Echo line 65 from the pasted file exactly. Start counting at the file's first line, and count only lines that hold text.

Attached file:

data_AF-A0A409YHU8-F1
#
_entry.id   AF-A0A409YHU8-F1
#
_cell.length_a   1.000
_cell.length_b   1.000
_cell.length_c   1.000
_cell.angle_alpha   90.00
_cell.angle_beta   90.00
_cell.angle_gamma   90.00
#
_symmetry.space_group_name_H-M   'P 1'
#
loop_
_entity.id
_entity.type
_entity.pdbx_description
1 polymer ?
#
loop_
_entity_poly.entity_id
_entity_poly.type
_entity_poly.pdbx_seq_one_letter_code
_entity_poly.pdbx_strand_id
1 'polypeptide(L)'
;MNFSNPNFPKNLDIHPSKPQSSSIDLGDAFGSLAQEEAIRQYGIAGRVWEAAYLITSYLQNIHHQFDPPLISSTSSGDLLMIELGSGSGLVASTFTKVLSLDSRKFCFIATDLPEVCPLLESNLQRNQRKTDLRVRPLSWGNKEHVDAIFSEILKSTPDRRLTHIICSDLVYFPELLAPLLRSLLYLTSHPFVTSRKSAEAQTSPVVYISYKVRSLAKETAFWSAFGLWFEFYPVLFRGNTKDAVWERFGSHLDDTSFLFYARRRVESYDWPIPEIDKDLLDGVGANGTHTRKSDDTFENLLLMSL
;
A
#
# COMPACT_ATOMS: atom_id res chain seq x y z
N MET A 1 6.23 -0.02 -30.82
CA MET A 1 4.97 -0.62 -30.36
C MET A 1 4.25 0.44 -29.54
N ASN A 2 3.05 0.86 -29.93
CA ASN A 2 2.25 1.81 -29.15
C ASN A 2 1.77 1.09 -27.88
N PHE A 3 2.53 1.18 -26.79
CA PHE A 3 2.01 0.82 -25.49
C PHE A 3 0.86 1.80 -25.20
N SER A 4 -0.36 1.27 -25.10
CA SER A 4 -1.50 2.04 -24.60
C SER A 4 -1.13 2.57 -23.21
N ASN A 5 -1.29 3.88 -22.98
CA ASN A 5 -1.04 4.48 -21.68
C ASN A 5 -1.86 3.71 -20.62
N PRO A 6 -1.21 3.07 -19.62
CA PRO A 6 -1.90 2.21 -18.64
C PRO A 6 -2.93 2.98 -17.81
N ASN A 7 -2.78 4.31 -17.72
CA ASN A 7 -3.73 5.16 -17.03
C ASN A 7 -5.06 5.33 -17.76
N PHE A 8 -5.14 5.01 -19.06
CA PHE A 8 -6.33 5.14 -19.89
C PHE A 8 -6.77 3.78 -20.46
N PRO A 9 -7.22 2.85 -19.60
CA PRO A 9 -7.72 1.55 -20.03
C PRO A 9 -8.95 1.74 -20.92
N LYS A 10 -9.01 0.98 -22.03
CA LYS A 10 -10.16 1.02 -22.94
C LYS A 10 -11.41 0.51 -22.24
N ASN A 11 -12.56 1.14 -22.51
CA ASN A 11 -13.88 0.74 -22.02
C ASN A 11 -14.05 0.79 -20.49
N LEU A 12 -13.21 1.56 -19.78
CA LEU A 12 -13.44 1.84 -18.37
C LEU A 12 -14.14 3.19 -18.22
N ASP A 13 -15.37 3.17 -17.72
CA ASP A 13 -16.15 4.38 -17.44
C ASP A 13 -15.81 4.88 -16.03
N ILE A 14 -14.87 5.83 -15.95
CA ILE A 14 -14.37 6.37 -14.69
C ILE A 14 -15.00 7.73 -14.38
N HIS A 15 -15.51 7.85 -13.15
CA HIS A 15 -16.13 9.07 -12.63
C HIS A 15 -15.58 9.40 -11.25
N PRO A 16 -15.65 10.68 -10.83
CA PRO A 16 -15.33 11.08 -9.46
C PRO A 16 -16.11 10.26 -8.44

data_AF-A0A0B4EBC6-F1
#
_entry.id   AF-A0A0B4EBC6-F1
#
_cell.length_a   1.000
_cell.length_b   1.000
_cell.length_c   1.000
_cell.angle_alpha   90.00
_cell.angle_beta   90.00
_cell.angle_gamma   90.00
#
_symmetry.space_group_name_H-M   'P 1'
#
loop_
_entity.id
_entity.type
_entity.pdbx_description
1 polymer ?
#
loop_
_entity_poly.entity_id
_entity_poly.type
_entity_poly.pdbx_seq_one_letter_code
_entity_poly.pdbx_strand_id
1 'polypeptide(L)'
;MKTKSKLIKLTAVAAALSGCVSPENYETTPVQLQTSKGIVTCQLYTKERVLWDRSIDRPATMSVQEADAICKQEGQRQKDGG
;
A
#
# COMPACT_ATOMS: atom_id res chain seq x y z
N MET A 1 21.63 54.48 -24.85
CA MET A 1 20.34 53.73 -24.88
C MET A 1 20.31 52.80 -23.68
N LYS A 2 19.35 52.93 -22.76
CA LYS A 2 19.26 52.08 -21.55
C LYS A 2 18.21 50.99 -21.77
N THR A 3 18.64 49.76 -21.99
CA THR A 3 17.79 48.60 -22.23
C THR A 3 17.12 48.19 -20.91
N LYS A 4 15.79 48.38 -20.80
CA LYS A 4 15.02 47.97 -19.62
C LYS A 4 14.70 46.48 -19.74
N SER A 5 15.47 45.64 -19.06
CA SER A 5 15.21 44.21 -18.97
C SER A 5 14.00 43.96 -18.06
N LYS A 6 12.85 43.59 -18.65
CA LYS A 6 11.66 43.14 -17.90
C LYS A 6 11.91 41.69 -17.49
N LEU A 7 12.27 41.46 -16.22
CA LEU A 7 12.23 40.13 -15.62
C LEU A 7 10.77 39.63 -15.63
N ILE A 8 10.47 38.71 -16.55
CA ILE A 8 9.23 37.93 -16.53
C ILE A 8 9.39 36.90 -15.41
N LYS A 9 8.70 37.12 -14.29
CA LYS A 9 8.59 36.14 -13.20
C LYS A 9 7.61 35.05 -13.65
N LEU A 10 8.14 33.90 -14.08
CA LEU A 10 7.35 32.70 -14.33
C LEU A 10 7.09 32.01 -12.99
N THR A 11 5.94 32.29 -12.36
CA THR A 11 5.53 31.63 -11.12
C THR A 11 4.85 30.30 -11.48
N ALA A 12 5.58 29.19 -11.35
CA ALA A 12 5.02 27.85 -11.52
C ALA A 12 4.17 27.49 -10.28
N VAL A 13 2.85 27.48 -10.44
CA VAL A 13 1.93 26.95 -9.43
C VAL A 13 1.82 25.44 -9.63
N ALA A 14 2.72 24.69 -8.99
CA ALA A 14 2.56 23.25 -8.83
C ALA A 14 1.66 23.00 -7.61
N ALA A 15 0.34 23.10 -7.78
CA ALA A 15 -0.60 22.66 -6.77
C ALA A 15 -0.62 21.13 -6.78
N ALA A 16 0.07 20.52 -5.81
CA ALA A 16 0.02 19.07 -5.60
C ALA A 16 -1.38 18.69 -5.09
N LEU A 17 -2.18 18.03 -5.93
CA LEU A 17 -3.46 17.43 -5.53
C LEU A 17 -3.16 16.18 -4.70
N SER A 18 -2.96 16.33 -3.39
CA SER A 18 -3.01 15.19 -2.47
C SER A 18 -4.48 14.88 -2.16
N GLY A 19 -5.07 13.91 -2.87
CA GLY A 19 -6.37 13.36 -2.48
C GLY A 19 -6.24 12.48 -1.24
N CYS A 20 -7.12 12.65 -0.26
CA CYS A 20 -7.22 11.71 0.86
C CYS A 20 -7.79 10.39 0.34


CA LEU A 12 -13.44 1.84 -18.37